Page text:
Don’t run X, shutdown all unnecessary services, and compile Apache, MySQL, and PHP with only essential functionality.
The biggest problem with Apache is the amount of ram is uses. I’ll discuss the following techniques for speeding up Apache and lowering the ram used.
- Handle Fewer Simultaneous Requests
- Loading Fewer Modules
- Log less
Tune Apache to only have a small number of spare children running.
Prefork is where the real magic happens. This is where we can tell apache to only generate so many processes. The defaults here are high it’s eating your server memory. Make your sure
httpd.conf is not configured to start too many servers, or have to many spare server best weight loss sitting around. Reference the example below:
StartServers 1 MinSpareServers 1 MaxSpareServers 3 MaxClients 10 MaxRequestsPerChild 3000 StartServers 1 MinSpareThreads 5 MaxSpareThreads 15 ThreadLimit 25 ThreadsPerChild 5 MaxClients 25 MaxRequestsPerChild 200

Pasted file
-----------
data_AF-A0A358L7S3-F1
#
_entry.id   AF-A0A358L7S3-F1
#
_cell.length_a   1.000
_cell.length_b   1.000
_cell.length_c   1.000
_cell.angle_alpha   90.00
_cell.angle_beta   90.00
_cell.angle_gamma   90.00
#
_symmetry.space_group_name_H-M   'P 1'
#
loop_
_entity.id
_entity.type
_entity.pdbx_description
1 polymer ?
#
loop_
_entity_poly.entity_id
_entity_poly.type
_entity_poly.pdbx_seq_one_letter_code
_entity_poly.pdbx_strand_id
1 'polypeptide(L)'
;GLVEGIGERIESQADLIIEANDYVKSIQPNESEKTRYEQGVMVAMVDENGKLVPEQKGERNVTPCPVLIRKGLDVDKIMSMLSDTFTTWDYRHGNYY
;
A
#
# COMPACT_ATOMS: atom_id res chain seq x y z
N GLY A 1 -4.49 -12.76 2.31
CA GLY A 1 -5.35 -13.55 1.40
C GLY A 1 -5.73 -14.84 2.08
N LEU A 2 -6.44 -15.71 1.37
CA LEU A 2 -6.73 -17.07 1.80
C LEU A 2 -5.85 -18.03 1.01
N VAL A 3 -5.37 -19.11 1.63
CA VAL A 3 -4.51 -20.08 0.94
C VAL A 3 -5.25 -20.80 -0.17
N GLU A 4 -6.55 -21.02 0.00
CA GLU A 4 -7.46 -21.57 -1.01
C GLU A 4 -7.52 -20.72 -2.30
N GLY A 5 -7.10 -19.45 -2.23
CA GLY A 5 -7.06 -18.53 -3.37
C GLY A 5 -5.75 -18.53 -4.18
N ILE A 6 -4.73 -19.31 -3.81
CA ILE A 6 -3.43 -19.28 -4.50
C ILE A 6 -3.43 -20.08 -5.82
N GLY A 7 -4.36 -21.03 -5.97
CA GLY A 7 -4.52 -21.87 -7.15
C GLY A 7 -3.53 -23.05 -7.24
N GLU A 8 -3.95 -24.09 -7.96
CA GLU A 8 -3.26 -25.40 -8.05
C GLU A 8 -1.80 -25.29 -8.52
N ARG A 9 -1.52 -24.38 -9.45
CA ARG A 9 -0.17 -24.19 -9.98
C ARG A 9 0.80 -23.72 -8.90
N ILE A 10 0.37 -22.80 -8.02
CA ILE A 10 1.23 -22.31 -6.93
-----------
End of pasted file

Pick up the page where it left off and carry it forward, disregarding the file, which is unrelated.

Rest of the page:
Also, make sure to adjust
KeepAliveTimeout to 10 or 15. In my opinion, 15 seconds is longer than a short page view requires, and shorter than a long page view requires.
Only load the modules you require
The default configuration file for apache also frequently loads every module it can. This is an especially big deal with the prefork mpm, as each apache instance will eat up geometrically more memory when unneeded modules are enabled. To check which apache modules are enabled/installed, use command below:
# apache2ctl -M
Default Apache modules (may be difference with yours):
Comment out any modules that aren’t needed to save yourself some more memory. Or you can change it by use commands below:
To enable a module:
# a2enmod module_name
To disable a module:
# a2dismod module_name
You must restart the server after enable/disable the modules:
# service apache2 restart
If you’re trying to maximize performance, you can definitely log less. In my server, I set it to
error level. Also, if you don’t care about looking at certain statistics, you can choose to not log certain things, like the
User-Agent or the
# ErrorLog: The location of the error log file.
# If you do not specify an ErrorLog directive within a
# container, error messages relating to that virtual host will be
# logged here. If you *do* define an error logfile for a
# container, that host’s errors will be logged there and not here.
# LogLevel: Control the number of messages logged to the error_log.
# Possible values include: debug, info, notice, warn, error, crit,
# alert, emerg.
I like seeing those things, but it’s up to you.
Optimize MySQL server